“It was a book ahead of its time, a story of magic and the search for identity, featuring a strong female protagonist whose voice echoes in the stories of today’s heroines like Hermione and Katniss. I devoured it and wanted more. I found my way to Tamora Pierce, Holly Black, Robin McKinley, Susan Cooper, Brian Jacques, Patricia Wrede, Jane Yolen. The books in those boxes shaped the reader — and the person — I became.

“So I’m serious when I tell my customers that ‘I’d really love to help you find the perfect book for the child you’re shopping for. I know it could change their life.’ “

Read the rest HERE

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THIS ‘n THAT

Ereaders Are Bad For Sleep: People who read ebooks before bed don’t sleep as well as those who read print. Research shows that using ereaders delays the circadian clock and suppresses the sleep-promoting hormone melatonin.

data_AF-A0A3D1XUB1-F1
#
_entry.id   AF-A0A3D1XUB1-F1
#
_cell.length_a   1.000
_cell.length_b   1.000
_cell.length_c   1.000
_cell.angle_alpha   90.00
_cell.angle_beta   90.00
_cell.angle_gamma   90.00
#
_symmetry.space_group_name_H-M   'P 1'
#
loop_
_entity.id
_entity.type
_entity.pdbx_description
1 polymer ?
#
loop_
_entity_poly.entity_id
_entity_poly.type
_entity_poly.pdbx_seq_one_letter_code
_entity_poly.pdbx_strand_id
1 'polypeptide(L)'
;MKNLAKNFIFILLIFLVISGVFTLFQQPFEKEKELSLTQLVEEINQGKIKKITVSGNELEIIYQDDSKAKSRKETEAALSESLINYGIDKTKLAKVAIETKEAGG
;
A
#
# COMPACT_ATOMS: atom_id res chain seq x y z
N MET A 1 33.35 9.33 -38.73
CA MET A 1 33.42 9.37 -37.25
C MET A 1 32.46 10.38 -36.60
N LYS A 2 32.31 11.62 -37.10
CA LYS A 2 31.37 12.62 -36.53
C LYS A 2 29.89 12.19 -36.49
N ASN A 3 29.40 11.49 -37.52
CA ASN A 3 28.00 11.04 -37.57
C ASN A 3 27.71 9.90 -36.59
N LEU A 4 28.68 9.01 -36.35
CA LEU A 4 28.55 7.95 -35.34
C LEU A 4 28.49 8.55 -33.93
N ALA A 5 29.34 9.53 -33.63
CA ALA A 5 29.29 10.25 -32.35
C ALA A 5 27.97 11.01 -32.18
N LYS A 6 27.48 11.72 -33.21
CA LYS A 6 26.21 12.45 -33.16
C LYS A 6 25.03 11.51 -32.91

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An Astronomically Correct Rendition Of ‘Twinkle, Twinkle, Little Star’

Listen to it HERE

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Drunk Driver Busted by Parrot

Guillermo Reyes was driving home from a bar in Mexico City when he encountered a DUI traffic stop. When police talked to him, they heard a voice from inside the car saying, “He’s drunk! He’s drunk!” They shone a light into the car and saw Reyes’ parrot. The cops gave Reyes a Breathalyzer test, and concluded that he was, indeed, driving while impaired. Reyes was sent to the drunk tank overnight, and the parrot was allowed to accompany him.

19 other weird stories HERE

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Quote of the Day

My job is not to write what the reader wants, but what I want. What the story (or poem) wants. I have to tell  the truth  on the slant (as Emily Dickinson said) as I see it, as the story comes to and through me. That’s all I owe anyone, all I owe myself–to tell Truth on the slant.” ~ Jane Yolen

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Alma Alexander     My books     Email me